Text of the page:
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Assessment of air quality microsensors versus reference methods: The EuNetAir Joint Exercise – Part II

TitleAssessment of air quality microsensors versus reference methods: The EuNetAir Joint Exercise – Part II
Publication TypeArticolo su Rivista peer-reviewed
Year of Publication2018
AuthorsBorrego, C., Ginja J., Coutinho M., Ribeiro C., Karatzas K., Sioumis T., Katsifarakis N., Konstantinidis K., De Vito S., Esposito E., Salvato M., Smith P., André N., Gérard P., Francis L.A., Castell N., Schneider P., Viana M., Minguillón M.C., Reimringer W., Otjes R.P., von Sicard O., Pohle R., Elen B., Suriano Domenico, Pfister Valerio, Prato Mario, Dipinto S., and Penza Michele
JournalAtmospheric Environment
Keywordsair monitoring, air pollutant, Air quality, air quality control, Air quality monitoring, air quality standard, Air quality standards, ambient air, article, Artificial intelligence, assessment method, atmospheric modeling, Calibration, clinical assessment, controlled study, Data handling, detection method, Experimental campaign, experimental study, Learning systems, Low costs, machine learning, measurement method, Measurement uncertainty, Microsensors, numerical method, Particles (particulate matter), particulate matter, Quality control, Reference method, sensor, Uncertainty analysis, urban area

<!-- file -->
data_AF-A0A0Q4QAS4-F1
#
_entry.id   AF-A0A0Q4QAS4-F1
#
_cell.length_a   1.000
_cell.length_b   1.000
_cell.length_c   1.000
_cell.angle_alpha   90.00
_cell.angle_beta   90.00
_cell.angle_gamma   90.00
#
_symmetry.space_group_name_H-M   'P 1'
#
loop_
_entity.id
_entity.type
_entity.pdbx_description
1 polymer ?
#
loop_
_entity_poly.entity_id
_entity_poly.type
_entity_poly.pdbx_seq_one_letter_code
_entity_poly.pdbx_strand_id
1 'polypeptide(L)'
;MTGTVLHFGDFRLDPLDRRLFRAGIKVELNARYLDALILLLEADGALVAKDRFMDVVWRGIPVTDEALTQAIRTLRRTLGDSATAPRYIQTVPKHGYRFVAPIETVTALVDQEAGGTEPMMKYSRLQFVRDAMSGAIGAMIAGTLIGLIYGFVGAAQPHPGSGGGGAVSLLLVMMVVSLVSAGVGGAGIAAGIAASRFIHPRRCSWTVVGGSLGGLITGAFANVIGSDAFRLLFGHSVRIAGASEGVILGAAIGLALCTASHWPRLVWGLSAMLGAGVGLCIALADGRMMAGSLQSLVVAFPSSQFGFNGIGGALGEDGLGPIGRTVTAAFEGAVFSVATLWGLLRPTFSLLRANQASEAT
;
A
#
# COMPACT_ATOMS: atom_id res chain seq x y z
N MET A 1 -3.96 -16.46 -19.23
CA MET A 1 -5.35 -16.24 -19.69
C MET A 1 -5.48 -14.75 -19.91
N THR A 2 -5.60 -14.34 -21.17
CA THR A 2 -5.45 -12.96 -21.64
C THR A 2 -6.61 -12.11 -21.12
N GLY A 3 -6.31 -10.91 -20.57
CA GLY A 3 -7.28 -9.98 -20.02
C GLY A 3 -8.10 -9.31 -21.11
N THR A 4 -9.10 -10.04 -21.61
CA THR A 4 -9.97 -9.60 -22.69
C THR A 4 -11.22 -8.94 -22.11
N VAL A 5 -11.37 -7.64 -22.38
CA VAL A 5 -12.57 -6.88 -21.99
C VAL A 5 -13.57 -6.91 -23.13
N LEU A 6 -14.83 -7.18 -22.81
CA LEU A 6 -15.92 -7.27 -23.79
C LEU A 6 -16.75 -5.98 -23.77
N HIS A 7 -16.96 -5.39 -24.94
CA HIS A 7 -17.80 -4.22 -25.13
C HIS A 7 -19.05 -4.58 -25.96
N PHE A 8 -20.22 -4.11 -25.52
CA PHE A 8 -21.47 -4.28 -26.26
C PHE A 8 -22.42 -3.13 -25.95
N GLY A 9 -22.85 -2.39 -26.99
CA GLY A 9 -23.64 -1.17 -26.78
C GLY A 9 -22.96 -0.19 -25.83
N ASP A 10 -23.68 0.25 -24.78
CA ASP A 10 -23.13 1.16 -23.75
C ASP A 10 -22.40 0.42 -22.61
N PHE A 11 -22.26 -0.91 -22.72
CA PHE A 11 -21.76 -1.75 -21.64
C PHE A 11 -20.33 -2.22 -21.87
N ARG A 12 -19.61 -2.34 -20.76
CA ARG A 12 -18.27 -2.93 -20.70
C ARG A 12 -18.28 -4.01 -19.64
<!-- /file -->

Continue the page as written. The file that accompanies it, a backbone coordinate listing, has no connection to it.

The EuNetAir Joint Exercise focused on the evaluation and assessment of environmental gaseous, particulate matter (PM) and meteorological microsensors versus standard air quality reference methods through an experimental urban air quality monitoring campaign. This work presents the second part of the results, including evaluation of parameter dependencies, measurement uncertainty of sensors and the use of machine learning approaches to improve the abilities and limitations of sensors. The results confirm that the microsensor platforms, supported by post processing and data modelling tools, have considerable potential in new strategies for air quality control. In terms of pollutants, improved correlations were obtained between sensors and reference methods through calibration with machine learning techniques for CO (r2 = 0.13–0.83), NO2 (r2 = 0.24–0.93), O3 (r2 = 0.22–0.84), PM10 (r2 = 0.54–0.83), PM2.5 (r2 = 0.33–0.40) and SO2 (r2 = 0.49–0.84). Additionally, the analysis performed suggests the possibility of compliance with the data quality objectives (DQO) defined by the European Air Quality Directive (2008/50/EC) for indicative measurements. © 2018 Elsevier Ltd


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Citation KeyBorrego2018127